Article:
In the last couple of decades, LASIK has become an increasingly well-known form of vision correction surgery that many people who are dependent on glasses or contact lenses turn to when they want to start living with restriction-free vision.
As with all revolutionary medical procedures, it was a long road to get to where LASIK is today. And the journey involved ongoing innovations of the surgery itself, as well as studies on treatment outcomes, to achieve its current levels of safety and efficacy.
To appreciate how LASIK vision correction went from an experimental surgery to the proven procedure we trust today, here’s a brief look at its history.
The Early Stages of LASIK Eye Surgery
Surgical solutions for refractive eye conditions date as far back as the 19th century. In 1898, Radial Keratotomy (RK) — a method that involved making tiny radial incisions in the corneal surface — was introduced to treat conditions like nearsightedness. However, as this method relied heavily on the manual skills of the surgeon, it saw a limited amount of success.
In the early 1960s, an ophthalmologist named Dr. José Barraquer developed a technique called keratomileusis, which, in Greek, means “carving the cornea”. Using a surgical blade called a microkeratome, Dr. Barraquer would remove a piece of corneal tissue, which was then frozen, reshaped and reattached to the surface of the eye.
The Game Changer
In the late 1970s, doctors began performing the RK procedure in the U.S. And in 1980, a major breakthrough came when IBM researcher Rangaswamy Srinivasan discovered that the excimer laser (which was initially developed for computer chip production) was also able to cut biological tissue with extreme precision and accuracy without damaging the surrounding area. This lead to its medical application in a process called Photorefractive Keratectomy (PRK) in which the outer layer (epithelium) of the cornea is removed, and the exposed corneal stroma is reshaped using the excimer laser.
The very first laser vision correction procedure occurred in 1988 when a 60-year-old woman with a serious vision problem allowed surgeon Marguerite McDonald to perform the first PRK procedure on her damaged eye.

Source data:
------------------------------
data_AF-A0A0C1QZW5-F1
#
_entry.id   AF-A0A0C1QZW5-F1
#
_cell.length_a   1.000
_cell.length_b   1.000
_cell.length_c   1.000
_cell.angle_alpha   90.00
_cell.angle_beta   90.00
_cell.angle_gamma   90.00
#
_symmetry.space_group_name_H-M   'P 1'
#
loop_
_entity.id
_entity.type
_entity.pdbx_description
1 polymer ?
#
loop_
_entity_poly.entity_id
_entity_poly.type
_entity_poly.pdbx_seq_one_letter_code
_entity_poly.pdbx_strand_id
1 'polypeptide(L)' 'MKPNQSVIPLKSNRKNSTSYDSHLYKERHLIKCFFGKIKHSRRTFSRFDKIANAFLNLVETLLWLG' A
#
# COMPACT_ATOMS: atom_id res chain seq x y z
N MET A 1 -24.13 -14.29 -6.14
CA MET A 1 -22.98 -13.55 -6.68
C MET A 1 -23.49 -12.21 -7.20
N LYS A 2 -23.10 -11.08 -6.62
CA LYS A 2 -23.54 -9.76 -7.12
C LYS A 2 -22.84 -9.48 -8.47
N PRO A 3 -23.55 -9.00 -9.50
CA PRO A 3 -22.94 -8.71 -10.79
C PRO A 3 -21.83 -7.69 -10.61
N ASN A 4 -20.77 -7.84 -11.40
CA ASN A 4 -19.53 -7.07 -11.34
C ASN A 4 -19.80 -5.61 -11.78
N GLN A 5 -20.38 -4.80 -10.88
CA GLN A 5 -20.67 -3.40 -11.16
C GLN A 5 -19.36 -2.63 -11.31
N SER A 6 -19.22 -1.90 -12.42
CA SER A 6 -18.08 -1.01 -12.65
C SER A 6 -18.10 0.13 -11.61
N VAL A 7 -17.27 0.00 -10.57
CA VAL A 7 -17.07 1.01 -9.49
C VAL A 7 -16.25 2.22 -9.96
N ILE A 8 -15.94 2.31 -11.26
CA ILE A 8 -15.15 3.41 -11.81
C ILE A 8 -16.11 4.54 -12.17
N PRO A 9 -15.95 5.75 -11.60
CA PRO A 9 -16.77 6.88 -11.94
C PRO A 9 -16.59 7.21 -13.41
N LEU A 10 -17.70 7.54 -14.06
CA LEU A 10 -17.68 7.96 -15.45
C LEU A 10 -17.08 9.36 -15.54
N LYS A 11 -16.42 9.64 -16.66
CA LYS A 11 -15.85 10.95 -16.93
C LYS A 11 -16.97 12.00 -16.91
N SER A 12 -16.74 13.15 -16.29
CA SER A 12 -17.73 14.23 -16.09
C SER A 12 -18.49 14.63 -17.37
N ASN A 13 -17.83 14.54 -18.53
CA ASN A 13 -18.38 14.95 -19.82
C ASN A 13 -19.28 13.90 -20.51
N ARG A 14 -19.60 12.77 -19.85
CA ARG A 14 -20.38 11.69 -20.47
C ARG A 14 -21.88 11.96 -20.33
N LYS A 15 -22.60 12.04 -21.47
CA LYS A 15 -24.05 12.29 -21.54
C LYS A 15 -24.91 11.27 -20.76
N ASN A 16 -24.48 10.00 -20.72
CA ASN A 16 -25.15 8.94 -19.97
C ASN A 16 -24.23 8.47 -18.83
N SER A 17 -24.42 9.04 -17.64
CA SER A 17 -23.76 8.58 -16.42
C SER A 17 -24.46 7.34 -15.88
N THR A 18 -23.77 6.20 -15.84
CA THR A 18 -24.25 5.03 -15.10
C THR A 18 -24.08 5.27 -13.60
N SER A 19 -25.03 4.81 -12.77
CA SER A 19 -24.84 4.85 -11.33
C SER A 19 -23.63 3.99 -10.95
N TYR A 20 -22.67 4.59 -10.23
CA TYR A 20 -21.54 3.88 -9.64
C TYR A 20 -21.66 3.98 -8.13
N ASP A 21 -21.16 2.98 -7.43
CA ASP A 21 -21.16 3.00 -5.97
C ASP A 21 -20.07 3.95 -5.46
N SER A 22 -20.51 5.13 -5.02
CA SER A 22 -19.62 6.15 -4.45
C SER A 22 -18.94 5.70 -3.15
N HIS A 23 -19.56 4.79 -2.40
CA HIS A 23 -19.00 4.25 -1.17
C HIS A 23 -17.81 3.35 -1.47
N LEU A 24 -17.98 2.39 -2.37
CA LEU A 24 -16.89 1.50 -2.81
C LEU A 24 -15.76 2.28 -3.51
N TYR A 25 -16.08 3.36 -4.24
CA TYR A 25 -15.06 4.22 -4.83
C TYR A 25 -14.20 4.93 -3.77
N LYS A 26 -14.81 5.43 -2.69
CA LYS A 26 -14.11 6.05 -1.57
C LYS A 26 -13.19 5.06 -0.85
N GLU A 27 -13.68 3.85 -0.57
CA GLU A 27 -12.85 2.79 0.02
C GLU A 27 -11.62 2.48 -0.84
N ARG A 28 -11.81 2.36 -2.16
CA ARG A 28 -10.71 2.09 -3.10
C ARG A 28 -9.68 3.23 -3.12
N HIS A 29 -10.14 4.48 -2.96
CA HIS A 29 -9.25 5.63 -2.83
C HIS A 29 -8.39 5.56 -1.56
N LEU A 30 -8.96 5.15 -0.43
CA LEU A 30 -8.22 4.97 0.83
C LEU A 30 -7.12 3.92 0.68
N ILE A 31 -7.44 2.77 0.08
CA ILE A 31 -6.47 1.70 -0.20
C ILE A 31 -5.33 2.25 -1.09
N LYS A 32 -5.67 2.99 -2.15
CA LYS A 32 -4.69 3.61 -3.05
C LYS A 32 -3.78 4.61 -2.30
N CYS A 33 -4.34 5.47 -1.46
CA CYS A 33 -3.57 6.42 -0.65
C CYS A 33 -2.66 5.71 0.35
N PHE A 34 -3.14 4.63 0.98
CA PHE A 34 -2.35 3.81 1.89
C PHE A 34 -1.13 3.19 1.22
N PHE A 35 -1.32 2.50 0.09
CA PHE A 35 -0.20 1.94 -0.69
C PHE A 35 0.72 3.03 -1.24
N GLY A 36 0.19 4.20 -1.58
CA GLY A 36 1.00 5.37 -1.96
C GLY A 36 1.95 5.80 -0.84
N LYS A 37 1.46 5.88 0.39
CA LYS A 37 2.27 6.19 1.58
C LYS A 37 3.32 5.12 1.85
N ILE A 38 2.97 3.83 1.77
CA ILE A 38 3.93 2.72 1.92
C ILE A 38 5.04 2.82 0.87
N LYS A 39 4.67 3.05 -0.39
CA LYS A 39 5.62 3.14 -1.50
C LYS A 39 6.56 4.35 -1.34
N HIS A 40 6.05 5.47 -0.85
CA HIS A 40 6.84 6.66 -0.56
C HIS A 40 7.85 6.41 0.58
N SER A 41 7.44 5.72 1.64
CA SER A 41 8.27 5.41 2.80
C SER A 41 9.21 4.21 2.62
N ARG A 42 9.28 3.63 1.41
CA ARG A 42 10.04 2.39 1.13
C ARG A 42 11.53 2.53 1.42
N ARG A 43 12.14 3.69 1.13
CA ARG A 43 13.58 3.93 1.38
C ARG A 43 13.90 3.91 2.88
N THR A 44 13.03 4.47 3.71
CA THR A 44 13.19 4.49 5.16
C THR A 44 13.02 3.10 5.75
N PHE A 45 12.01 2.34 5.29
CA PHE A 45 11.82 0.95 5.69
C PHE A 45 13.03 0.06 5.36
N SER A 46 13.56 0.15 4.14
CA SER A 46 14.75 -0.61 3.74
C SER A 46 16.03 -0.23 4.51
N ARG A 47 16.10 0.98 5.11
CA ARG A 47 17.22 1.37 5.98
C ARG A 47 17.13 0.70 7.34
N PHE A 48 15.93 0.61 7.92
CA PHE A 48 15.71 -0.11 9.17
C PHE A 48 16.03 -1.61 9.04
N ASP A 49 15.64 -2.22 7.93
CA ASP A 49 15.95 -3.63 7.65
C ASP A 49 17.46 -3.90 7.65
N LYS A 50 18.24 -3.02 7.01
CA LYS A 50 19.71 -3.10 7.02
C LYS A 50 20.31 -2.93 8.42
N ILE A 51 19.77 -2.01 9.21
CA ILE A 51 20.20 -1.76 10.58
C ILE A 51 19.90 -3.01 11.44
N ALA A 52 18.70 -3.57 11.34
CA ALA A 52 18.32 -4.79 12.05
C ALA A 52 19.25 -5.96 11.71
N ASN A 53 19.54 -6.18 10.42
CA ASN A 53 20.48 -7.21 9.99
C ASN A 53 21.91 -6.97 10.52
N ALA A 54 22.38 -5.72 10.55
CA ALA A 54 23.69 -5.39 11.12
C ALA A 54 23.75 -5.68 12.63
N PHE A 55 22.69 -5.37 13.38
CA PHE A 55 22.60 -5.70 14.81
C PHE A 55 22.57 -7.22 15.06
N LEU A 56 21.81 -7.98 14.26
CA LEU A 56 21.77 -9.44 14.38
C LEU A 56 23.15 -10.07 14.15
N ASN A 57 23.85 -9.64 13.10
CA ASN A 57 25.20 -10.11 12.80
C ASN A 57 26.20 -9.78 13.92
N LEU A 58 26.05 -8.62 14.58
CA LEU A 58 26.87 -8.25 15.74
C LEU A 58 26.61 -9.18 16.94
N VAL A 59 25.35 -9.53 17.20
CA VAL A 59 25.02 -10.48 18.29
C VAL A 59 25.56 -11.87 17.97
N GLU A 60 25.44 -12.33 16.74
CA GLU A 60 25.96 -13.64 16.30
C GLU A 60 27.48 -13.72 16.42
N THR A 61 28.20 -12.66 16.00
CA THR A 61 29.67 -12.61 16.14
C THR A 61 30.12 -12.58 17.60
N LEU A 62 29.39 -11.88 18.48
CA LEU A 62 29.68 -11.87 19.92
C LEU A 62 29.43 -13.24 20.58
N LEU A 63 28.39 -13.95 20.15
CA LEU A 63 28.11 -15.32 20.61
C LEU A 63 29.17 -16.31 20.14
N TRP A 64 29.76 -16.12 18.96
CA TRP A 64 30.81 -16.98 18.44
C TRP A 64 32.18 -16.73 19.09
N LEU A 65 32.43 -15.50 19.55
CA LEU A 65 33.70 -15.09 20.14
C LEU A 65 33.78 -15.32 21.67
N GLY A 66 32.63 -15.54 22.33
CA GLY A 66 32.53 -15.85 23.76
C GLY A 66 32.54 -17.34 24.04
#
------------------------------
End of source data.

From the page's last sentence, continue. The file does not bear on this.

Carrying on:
LASIK is Born
In the early 1990s, ophthalmologist Dr. Ioannis Pallikaris combined the use of the microkeratome and the excimer laser to create what we now know as LASIK, an acronym for “Laser-Assisted In-Situ Keratomileusis”. In a LASIK procedure, the microkeratome is used to create a thin flap in the cornea, then the excimer laser is used to reshape the underlying corneal tissue. The flap gives surgeons the ability to address vision problems at the source and works as a natural bandage to help with the healing process.
The U.S. Food and Drug Administration officially approved the use of LASIK in 1999.
LASIK vision correction has become relatively common. In fact, approximately 700,000 LASIK surgeries are performed each year. And an analysis of 3,000 peer-reviewed papers by the American Society of Cataract and Refractive Surgery found that more than 95 percent of LASIK patients worldwide were satisfied with the outcomes of their procedures.
As with any surgery, the success of LASIK vision correction relies heavily on whether or not a patient is a good candidate for the procedure.
If you’re interested in losing the glasses or contact lenses in favor of 24/7 crystal clear vision and want to know if you’re a candidate for LASIK, contact us today to schedule a free, no-commitment consultation with one of our friendly doctors! We look forward to seeing you!
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